Cartilage FAQ

We will never say that we are the only ones who should perform microtia surgery. In fact, we value opinions and there are several excellent surgeons across the country with a high interest in microtia. We believe all parents should look at all of the options (cartilage, medpor, prosthetic) before making a decision. What separates Dr. Bonilla apart is that he is the world’s only surgeon that specializes EXCLUSIVELY in pediatric microtia. We do not perform any other plastic surgery except pediatric ear and microtia surgery. With over 3,000 pediatric microtia patients worldwide and over 20 years of experience, pediatric ear surgery is Dr. Bonilla’s passion.
Over the past 40 years, the “gold standard” for ear reconstruction has been cartilage. There are many reasons why cartilage is the most used technique in the world: There is no other material in existence that can compare to our own living tissue. The ear is made out of cartilage and this is the best material to reproduce a new ear. Using the child’s own cartilage, there is much less risk of rejection or infection versus non-tissue options. Because the cartilage is from the child, the new ear will grow with the child. Cartilage lasts a lifetime. The risk of fracture of cartilage is rare compared to other techniques There is no worry of exposure or rejection for the rest of the child’s life compared to other techniques.
The surgeries usually begin around 6 years of age (although starting later is OK too). There are several reasons for this: There is usually sufficient cartilage to match the normal ear Although the child usually begins to notice a difference around 3 years of age, the first psychological trial usually begins during the first grade The ideal time to begin surgery is the summer before the first grade. This way, the children have some understanding of the ear surgery and the vast majority are very excited to get their new ear. By the time they start the first grade, the ear is nearly complete.
There are usually three surgeries required to complete the ear. The ear is complete in approximately 4-5 months.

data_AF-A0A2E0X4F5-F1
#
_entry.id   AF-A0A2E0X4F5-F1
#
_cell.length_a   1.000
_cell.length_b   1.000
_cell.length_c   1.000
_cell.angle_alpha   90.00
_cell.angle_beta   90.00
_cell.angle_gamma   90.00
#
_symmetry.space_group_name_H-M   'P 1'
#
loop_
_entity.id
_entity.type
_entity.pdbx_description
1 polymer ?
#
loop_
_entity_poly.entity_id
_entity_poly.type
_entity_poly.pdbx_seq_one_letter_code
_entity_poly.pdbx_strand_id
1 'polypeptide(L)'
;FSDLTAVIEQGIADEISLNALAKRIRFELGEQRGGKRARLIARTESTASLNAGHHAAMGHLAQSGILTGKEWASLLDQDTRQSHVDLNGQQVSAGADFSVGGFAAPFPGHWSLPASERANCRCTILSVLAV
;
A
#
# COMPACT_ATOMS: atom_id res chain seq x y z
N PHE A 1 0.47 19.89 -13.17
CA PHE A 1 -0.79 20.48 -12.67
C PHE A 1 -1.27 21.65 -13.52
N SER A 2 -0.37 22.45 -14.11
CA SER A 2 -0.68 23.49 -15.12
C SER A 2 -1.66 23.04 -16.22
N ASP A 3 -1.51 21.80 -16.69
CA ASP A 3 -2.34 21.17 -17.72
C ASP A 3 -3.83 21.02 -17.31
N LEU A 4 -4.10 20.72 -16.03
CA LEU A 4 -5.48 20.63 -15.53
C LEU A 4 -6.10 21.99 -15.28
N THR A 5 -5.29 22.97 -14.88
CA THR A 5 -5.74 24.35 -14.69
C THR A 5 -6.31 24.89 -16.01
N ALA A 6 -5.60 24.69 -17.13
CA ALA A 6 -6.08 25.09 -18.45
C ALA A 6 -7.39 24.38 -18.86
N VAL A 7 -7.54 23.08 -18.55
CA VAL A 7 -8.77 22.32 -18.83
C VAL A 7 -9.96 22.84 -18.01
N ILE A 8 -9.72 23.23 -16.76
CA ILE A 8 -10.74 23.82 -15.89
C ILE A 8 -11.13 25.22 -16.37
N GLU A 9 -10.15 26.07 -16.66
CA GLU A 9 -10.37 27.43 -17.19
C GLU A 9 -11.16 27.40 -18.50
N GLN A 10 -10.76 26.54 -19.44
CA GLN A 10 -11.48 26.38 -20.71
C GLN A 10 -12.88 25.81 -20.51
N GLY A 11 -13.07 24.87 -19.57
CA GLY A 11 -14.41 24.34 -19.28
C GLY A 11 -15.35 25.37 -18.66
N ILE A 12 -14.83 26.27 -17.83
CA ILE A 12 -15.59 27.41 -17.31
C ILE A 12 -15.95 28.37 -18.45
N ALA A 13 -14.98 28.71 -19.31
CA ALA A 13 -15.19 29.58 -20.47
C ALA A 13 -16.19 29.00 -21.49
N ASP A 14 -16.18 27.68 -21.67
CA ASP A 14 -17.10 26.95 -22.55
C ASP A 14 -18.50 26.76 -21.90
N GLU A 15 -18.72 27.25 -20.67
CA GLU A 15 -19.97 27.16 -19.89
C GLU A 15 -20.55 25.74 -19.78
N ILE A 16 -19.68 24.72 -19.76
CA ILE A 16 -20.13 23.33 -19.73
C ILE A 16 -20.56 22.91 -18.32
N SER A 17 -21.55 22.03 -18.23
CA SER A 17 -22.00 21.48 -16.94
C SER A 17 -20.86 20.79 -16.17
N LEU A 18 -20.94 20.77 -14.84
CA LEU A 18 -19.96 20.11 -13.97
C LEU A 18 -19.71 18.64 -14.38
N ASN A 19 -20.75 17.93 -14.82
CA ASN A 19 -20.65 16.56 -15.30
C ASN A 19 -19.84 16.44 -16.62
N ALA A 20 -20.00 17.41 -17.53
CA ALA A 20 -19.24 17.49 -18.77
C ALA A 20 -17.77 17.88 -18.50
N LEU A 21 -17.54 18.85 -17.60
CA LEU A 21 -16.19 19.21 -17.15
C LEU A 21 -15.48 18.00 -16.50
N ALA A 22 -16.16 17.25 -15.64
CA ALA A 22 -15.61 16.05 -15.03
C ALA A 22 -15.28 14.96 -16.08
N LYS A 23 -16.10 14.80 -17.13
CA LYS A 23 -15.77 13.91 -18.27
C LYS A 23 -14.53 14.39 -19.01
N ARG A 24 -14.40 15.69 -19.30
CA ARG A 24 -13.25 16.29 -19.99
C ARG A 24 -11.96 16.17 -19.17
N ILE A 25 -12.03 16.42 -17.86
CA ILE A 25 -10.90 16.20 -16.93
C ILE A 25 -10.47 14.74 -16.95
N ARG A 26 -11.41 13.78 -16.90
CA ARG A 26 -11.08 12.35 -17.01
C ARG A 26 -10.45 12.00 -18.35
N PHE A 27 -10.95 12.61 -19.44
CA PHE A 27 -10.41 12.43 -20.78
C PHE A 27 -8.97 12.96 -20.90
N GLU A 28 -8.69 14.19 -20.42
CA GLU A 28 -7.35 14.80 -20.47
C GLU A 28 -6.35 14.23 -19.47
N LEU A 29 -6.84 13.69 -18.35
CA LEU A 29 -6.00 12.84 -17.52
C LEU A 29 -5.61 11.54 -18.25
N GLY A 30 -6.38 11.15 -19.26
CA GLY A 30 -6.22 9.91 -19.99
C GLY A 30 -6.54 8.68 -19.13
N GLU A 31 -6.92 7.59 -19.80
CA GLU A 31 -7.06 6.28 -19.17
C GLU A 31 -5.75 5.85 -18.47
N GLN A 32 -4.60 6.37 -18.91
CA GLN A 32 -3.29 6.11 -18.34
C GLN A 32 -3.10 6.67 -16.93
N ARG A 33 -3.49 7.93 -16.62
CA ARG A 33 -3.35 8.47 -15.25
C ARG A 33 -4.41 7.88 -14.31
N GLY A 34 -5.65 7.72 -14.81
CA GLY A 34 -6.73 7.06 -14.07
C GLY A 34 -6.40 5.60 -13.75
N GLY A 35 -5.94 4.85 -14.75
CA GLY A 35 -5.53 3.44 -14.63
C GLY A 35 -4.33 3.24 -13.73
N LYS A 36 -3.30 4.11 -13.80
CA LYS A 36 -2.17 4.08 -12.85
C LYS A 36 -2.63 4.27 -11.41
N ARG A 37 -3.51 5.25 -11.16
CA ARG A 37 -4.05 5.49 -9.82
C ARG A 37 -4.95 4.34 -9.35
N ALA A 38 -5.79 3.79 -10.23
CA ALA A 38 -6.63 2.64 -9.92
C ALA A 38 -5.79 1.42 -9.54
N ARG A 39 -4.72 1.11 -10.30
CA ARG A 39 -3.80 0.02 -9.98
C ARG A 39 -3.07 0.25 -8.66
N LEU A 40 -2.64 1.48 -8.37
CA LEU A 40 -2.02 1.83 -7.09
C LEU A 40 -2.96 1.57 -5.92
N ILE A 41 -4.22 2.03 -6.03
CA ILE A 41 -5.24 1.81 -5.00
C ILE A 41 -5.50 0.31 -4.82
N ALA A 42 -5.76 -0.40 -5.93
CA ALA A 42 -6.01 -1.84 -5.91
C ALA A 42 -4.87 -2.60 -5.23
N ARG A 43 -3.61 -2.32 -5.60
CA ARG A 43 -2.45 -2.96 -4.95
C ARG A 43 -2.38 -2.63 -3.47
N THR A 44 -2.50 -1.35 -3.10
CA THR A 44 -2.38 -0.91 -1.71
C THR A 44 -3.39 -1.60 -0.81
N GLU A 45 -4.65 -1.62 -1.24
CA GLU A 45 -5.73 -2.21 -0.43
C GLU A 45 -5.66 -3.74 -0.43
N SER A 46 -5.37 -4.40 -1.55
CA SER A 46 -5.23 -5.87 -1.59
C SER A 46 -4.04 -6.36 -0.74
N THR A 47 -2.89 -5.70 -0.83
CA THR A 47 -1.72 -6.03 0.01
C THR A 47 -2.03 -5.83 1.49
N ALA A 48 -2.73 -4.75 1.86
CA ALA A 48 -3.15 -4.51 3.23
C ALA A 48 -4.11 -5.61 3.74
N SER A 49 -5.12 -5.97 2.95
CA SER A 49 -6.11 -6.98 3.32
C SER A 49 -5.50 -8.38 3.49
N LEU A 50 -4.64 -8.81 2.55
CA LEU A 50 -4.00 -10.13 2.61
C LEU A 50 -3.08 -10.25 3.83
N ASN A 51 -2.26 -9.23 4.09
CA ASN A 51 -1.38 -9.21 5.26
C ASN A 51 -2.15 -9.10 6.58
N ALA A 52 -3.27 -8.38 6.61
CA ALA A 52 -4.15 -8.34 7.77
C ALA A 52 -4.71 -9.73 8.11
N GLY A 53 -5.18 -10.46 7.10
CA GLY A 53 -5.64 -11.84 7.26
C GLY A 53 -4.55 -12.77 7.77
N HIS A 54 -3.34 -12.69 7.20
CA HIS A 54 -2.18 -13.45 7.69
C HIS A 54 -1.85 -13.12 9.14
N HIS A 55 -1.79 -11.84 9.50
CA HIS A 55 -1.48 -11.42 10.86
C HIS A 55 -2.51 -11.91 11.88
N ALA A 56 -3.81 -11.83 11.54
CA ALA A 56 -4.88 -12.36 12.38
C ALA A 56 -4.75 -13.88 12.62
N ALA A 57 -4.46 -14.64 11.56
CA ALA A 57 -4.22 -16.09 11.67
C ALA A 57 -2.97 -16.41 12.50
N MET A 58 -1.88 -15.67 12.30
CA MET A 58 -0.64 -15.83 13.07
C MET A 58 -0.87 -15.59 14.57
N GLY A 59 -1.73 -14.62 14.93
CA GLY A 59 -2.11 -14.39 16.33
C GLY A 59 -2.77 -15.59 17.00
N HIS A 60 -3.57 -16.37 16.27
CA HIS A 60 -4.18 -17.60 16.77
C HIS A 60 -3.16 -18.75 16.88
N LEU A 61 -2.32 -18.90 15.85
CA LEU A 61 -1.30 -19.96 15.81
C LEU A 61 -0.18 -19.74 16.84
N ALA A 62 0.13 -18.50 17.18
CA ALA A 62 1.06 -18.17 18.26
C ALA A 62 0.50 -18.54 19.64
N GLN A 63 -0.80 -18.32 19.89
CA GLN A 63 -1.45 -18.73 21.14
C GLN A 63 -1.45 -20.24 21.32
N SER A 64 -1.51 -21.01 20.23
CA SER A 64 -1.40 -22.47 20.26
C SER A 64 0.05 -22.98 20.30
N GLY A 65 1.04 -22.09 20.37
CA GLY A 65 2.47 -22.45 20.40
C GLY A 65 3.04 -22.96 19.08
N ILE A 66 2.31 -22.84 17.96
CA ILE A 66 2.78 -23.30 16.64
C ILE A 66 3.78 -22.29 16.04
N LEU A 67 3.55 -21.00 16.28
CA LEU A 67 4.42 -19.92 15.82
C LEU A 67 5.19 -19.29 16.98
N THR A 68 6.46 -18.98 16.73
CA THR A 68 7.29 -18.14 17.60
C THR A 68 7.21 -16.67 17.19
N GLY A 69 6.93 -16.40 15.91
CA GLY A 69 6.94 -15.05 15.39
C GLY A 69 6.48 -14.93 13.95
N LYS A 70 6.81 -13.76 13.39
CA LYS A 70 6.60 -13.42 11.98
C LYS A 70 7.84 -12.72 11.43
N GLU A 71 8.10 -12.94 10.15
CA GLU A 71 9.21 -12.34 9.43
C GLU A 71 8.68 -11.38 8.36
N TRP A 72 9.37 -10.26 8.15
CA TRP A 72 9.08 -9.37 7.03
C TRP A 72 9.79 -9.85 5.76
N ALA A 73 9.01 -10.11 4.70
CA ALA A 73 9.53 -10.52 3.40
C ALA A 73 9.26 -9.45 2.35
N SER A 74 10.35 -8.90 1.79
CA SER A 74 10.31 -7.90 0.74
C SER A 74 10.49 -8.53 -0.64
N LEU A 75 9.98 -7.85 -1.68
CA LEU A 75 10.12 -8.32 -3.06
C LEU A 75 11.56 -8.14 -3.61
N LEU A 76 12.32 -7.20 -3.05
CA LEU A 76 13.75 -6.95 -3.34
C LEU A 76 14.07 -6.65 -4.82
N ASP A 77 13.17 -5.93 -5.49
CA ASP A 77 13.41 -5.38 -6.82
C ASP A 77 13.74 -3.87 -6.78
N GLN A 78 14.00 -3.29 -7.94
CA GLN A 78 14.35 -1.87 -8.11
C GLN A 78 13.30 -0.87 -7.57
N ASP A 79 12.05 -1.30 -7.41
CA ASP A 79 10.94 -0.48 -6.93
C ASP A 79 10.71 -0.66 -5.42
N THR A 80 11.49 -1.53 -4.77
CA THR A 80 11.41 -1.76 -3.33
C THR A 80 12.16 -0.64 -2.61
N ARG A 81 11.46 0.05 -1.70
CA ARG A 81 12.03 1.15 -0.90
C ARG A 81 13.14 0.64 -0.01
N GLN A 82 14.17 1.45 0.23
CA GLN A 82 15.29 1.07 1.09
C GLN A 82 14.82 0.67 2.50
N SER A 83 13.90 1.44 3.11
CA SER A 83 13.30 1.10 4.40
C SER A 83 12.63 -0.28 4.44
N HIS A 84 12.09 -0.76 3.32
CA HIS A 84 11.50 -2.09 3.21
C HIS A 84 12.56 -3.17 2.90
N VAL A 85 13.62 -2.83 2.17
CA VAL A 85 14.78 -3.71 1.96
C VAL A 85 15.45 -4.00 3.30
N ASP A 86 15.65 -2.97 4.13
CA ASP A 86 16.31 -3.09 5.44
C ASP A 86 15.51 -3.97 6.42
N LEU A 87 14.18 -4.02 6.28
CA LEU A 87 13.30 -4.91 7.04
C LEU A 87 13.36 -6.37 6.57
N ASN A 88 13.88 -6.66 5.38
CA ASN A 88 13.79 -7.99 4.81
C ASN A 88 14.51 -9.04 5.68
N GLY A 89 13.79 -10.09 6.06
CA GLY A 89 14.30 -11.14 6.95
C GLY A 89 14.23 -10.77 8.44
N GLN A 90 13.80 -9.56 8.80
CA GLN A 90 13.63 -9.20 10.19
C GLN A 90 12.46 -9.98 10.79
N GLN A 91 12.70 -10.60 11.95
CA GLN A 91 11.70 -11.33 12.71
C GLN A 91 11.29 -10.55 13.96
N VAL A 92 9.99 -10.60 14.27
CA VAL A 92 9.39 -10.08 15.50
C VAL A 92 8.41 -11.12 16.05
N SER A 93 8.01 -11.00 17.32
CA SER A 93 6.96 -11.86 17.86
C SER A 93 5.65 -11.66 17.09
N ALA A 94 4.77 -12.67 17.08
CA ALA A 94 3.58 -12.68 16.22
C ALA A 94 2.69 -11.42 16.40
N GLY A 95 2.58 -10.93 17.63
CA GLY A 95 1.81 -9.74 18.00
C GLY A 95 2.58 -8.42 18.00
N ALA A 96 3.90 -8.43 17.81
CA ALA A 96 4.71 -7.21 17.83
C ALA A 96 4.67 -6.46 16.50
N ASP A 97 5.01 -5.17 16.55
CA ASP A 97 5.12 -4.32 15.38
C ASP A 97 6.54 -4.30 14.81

Always remember that your child will live with their new ear for the rest of their life. Attempting more aggressive surgery to save a few months time is not a reason to rush the surgeries. In the right hands, the staged surgeries have had a long track record of excellent results.
The advantage of cartilage surgery over medpor surgery is the material used. There is nothing that can compare to our own “living” tissue. Cartilage is soft and can bend (if sculpted correctly). Even though the rib is thicker, it is thinned during the sculpting to match the normal ear. It will grow with the child and last a lifetime. The medpor is a manufactured porous polyethylene (plastic) material that is more firm and thick and will not grow with the child. The medpor surgery takes 6-10 hours. The rib cartilage procedures take between 1.5 to 3 hours, depending on the stage. Less surgical time decreases the anesthetic risk to the child.

The average incision to remove the cartilage is very small…approximately 1 to 1.25 inches (about 2.5 to 3 cm)
As previously stated, most patients need three surgeries to complete. If a child has microtia on both sides, then four surgeries are needed. In one-sided cases, the ear is completed in approximately 4-5 months. If both sides are affected, the ears are completed in approximately 6 months.
Over the past 15 years (first surgery only), all children have received an intraoperative epidural while they are asleep. The average pain is a 1 to 2 on a 10 pain scale. After surgery, most of our patients require no pain medication except for some tylenol with codeine by mouth. A pain pump is not used as some say. After the first surgery, the child goes home the next morning. After this procedure, all surgeries are outpatient.
We will not (and never will) rush the surgical procedures. It is the end result that counts. Parents have been confused because there are some that are touting less surgeries…and unfortunately many parents are being led to believe that a great result can occur with one procedure. This is not the case. Attempting to do everything in one surgery (while it seems tempting) is assuming that tissue reactions, scarring, etc… will occur perfectly every time. This cannot be reproduced time and time again. Therefore, we are adamant that staging the surgeries gives the most consistent results, not rushing them.